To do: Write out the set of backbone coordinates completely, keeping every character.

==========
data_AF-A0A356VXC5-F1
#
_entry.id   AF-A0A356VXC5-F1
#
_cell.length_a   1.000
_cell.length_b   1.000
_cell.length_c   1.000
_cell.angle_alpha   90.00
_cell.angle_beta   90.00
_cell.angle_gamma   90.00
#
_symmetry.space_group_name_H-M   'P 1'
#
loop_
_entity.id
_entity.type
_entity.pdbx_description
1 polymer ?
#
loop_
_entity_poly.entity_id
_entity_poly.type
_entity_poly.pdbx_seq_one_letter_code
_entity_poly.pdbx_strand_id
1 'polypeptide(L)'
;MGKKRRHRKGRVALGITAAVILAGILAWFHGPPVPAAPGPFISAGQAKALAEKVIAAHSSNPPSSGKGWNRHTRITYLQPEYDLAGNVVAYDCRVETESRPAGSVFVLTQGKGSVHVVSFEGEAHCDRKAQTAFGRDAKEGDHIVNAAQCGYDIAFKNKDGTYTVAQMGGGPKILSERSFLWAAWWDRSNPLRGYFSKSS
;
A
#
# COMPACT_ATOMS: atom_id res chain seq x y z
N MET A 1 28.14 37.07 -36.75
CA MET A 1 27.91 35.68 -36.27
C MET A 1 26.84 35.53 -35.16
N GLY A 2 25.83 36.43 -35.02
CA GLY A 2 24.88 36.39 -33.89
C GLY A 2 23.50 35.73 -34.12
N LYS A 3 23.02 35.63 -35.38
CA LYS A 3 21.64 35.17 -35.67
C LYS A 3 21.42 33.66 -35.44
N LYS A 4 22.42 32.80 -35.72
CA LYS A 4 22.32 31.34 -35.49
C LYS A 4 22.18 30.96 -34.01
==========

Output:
data_AF-A0A356VXC5-F1
#
_entry.id   AF-A0A356VXC5-F1
#
_cell.length_a   1.000
_cell.length_b   1.000
_cell.length_c   1.000
_cell.angle_alpha   90.00
_cell.angle_beta   90.00
_cell.angle_gamma   90.00
#
_symmetry.space_group_name_H-M   'P 1'
#
loop_
_entity.id
_entity.type
_entity.pdbx_description
1 polymer ?
#
loop_
_entity_poly.entity_id
_entity_poly.type
_entity_poly.pdbx_seq_one_letter_code
_entity_poly.pdbx_strand_id
1 'polypeptide(L)'
;MGKKRRHRKGRVALGITAAVILAGILAWFHGPPVPAAPGPFISAGQAKALAEKVIAAHSSNPPSSGKGWNRHTRITYLQPEYDLAGNVVAYDCRVETESRPAGSVFVLTQGKGSVHVVSFEGEAHCDRKAQTAFGRDAKEGDHIVNAAQCGYDIAFKNKDGTYTVAQMGGGPKILSERSFLWAAWWDRSNPLRGYFSKSS
;
A
#
# COMPACT_ATOMS: atom_id res chain seq x y z
N MET A 1 28.14 37.07 -36.75
CA MET A 1 27.91 35.68 -36.27
C MET A 1 26.84 35.53 -35.16
N GLY A 2 25.83 36.43 -35.02
CA GLY A 2 24.88 36.39 -33.89
C GLY A 2 23.50 35.73 -34.12
N LYS A 3 23.02 35.63 -35.38
CA LYS A 3 21.64 35.17 -35.67
C LYS A 3 21.42 33.66 -35.44
N LYS A 4 22.42 32.80 -35.72
CA LYS A 4 22.32 31.34 -35.49
C LYS A 4 22.18 30.96 -34.01